The group anticipates new-home sales of 864,000 in 2007 and 936,000 next year, down from 1.05 million last year. The median new-home sales price is forecast to remain unchanged at $246,400 in 2007 and then gain 2.2 percent next year.
Housing starts will also drop, the group predicts, to 1.46 million units this year and 1.52 million in 2008 from 1.8 million in 2006.
Record-high defaults by subprime borrowers, those with flawed or insufficient credit histories, have prompted mortgage lenders to limit the number of people who qualify for a home loan, according to the agents' report. At the same time, unemployment is down and household incomes are up, which should help bring a housing recovery in 2007's third and fourth quarters, the group said.
Lawrence Yun, the association's senior economist, said speculative buyers, who pushed home prices up to record highs in the last five years, had disappeared from the market, which is a boon to traditional home buyers looking for lower prices.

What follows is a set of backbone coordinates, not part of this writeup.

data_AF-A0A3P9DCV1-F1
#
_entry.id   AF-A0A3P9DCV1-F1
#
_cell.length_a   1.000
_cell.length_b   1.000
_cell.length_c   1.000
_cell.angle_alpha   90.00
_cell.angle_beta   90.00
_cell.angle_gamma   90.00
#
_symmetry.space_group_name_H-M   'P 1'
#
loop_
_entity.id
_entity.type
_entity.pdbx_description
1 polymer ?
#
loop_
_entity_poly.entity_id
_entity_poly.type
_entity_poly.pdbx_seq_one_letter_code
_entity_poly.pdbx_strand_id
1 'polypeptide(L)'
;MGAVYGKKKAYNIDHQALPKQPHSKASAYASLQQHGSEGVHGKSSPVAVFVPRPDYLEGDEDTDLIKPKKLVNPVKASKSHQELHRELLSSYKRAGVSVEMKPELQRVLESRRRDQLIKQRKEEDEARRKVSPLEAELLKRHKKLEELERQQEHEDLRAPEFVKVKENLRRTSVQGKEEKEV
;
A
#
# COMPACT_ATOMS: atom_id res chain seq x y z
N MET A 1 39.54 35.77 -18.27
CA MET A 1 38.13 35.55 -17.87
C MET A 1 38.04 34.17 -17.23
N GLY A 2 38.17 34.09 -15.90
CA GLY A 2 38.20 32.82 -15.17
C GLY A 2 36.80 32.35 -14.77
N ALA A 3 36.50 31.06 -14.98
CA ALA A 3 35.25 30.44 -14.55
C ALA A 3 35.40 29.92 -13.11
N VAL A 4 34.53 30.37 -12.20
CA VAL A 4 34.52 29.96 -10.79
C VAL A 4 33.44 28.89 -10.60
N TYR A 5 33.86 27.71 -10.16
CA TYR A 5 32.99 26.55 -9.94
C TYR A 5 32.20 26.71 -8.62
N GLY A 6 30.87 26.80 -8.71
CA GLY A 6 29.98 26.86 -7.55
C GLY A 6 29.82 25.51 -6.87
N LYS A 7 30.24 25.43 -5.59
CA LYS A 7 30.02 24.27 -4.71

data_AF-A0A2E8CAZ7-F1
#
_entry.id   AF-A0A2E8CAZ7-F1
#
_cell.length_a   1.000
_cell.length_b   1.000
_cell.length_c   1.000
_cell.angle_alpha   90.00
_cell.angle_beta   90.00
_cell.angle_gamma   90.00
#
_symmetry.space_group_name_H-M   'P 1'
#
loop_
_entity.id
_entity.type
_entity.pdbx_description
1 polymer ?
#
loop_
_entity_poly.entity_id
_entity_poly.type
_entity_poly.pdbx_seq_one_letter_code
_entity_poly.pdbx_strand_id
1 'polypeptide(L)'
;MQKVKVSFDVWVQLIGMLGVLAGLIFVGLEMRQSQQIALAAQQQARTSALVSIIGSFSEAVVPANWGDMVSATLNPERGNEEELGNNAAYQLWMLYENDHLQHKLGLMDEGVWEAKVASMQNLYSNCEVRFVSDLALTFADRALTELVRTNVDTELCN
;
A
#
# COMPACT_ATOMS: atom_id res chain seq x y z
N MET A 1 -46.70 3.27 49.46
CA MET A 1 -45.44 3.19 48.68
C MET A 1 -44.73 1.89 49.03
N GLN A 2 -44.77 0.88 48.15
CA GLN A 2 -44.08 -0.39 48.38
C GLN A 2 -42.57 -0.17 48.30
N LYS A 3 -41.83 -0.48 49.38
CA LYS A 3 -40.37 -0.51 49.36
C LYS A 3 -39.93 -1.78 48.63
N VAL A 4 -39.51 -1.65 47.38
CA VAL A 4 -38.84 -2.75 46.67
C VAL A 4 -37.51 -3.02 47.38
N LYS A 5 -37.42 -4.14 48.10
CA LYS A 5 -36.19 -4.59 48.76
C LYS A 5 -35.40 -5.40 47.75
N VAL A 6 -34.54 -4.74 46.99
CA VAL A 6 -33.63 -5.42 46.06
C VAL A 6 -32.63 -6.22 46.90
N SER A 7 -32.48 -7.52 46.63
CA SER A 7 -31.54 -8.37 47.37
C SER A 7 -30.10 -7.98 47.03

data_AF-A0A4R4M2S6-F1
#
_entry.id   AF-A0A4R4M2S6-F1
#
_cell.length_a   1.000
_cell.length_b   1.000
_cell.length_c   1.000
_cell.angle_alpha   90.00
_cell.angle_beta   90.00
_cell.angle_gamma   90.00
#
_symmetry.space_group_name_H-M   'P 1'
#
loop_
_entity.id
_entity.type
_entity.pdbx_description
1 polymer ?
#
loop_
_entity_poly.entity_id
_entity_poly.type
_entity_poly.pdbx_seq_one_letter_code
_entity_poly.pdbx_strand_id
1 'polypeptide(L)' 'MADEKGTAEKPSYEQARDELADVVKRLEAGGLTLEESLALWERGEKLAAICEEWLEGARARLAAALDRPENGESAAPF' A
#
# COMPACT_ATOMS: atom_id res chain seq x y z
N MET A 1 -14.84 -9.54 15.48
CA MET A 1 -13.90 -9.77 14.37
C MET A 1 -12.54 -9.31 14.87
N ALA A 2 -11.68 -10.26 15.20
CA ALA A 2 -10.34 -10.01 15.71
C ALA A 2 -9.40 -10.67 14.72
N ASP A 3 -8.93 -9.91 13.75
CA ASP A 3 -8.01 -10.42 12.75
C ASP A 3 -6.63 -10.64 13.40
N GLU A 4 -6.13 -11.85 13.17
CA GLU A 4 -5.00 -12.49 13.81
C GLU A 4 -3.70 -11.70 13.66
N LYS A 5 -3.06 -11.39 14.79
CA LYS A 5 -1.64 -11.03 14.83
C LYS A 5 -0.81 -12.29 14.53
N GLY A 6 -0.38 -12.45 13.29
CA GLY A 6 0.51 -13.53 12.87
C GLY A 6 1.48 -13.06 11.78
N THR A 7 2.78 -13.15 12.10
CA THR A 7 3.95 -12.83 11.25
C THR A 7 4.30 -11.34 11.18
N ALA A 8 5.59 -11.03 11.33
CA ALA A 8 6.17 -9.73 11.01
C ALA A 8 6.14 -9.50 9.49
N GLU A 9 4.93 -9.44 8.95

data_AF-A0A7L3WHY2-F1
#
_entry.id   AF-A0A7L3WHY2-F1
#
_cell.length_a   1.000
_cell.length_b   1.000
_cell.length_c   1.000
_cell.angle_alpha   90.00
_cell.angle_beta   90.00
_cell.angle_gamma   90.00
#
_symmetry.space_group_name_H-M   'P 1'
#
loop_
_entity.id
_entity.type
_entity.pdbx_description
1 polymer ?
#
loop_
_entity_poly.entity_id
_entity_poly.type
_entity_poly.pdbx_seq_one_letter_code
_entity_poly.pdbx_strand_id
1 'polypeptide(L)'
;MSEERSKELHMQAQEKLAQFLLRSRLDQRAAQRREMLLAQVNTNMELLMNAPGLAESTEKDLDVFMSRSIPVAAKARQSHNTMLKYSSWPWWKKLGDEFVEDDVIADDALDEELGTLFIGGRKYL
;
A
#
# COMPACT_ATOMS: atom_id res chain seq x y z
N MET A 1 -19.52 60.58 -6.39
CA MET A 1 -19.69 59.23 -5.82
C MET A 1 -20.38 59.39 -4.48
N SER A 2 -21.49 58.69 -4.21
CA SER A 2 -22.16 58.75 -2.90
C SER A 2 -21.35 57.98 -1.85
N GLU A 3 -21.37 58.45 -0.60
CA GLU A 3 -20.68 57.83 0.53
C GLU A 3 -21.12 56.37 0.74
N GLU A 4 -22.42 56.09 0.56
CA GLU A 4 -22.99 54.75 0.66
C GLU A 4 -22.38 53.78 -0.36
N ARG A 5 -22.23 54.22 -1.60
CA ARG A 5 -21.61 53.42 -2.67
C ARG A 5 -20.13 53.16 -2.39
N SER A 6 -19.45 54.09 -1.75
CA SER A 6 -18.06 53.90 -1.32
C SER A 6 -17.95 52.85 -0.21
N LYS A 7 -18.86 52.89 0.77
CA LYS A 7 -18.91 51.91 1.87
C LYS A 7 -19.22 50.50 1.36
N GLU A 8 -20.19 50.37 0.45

"It's good that we're getting beyond the tendency of some buyers to view housing as a temporary asset to accumulate short-term wealth, which is not to be expected in a normal market," Yun said.
The group predicts the 30-year fixed-rate mortgage should edge up to 6.5 percent by the fourth quarter. Last week, Freddie Mac reported the 30-year rate was 6.16 percent.
The group did not give predictions on other more "exotic" mortgages such as adjustable-rate loans or interest-only mortgages, which gained in popularity during the housing boom.
Despite its downward adjustment, the association still believes the housing slowdown will be moderate.
"If it weren't for a favorable economic backdrop, housing would probably have a hard landing. As it is," Yun said, "we see this as a soft landing, with home sales rising gradually in the second half of the year, and prices recovering a bit later."